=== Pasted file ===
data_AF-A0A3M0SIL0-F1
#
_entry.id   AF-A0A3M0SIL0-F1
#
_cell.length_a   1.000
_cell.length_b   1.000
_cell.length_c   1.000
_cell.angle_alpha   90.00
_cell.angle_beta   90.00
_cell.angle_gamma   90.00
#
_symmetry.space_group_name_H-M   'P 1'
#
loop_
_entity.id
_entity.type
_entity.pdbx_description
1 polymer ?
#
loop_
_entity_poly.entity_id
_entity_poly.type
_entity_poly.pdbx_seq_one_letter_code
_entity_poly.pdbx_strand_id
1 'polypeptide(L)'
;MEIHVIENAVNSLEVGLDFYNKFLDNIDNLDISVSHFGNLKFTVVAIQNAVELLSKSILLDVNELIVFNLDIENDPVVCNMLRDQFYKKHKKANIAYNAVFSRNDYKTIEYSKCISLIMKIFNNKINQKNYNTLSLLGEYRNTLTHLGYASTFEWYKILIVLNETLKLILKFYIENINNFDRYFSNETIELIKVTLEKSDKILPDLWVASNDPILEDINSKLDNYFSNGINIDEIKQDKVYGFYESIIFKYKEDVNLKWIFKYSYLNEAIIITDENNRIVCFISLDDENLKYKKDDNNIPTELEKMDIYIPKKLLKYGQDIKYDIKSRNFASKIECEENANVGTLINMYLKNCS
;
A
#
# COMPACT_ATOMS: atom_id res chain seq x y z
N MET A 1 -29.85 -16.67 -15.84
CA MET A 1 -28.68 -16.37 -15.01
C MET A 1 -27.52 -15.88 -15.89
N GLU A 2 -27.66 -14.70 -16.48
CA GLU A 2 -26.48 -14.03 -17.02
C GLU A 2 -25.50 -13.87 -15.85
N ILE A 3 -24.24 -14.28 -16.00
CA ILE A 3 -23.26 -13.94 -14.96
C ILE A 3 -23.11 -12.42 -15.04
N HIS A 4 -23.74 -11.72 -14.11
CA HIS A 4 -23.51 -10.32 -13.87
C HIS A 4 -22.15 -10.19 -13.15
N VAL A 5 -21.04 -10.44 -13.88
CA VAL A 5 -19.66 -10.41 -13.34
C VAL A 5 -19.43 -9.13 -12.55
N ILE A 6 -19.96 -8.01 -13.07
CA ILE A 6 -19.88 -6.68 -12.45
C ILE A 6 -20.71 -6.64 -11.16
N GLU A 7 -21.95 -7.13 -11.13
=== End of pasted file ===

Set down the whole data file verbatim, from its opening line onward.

data_AF-A0A3M0SIL0-F1
#
_entry.id   AF-A0A3M0SIL0-F1
#
_cell.length_a   1.000
_cell.length_b   1.000
_cell.length_c   1.000
_cell.angle_alpha   90.00
_cell.angle_beta   90.00
_cell.angle_gamma   90.00
#
_symmetry.space_group_name_H-M   'P 1'
#
loop_
_entity.id
_entity.type
_entity.pdbx_description
1 polymer ?
#
loop_
_entity_poly.entity_id
_entity_poly.type
_entity_poly.pdbx_seq_one_letter_code
_entity_poly.pdbx_strand_id
1 'polypeptide(L)'
;MEIHVIENAVNSLEVGLDFYNKFLDNIDNLDISVSHFGNLKFTVVAIQNAVELLSKSILLDVNELIVFNLDIENDPVVCNMLRDQFYKKHKKANIAYNAVFSRNDYKTIEYSKCISLIMKIFNNKINQKNYNTLSLLGEYRNTLTHLGYASTFEWYKILIVLNETLKLILKFYIENINNFDRYFSNETIELIKVTLEKSDKILPDLWVASNDPILEDINSKLDNYFSNGINIDEIKQDKVYGFYESIIFKYKEDVNLKWIFKYSYLNEAIIITDENNRIVCFISLDDENLKYKKDDNNIPTELEKMDIYIPKKLLKYGQDIKYDIKSRNFASKIECEENANVGTLINMYLKNCS
;
A
#
# COMPACT_ATOMS: atom_id res chain seq x y z
N MET A 1 -29.85 -16.67 -15.84
CA MET A 1 -28.68 -16.37 -15.01
C MET A 1 -27.52 -15.88 -15.89
N GLU A 2 -27.66 -14.70 -16.48
CA GLU A 2 -26.48 -14.03 -17.02
C GLU A 2 -25.50 -13.87 -15.85
N ILE A 3 -24.24 -14.28 -16.00
CA ILE A 3 -23.26 -13.94 -14.96
C ILE A 3 -23.11 -12.42 -15.04
N HIS A 4 -23.74 -11.72 -14.11
CA HIS A 4 -23.51 -10.32 -13.87
C HIS A 4 -22.15 -10.19 -13.15
N VAL A 5 -21.04 -10.44 -13.88
CA VAL A 5 -19.66 -10.41 -13.34
C VAL A 5 -19.43 -9.13 -12.55
N ILE A 6 -19.96 -8.01 -13.07
CA ILE A 6 -19.88 -6.68 -12.45
C ILE A 6 -20.71 -6.64 -11.16
N GLU A 7 -21.95 -7.13 -11.13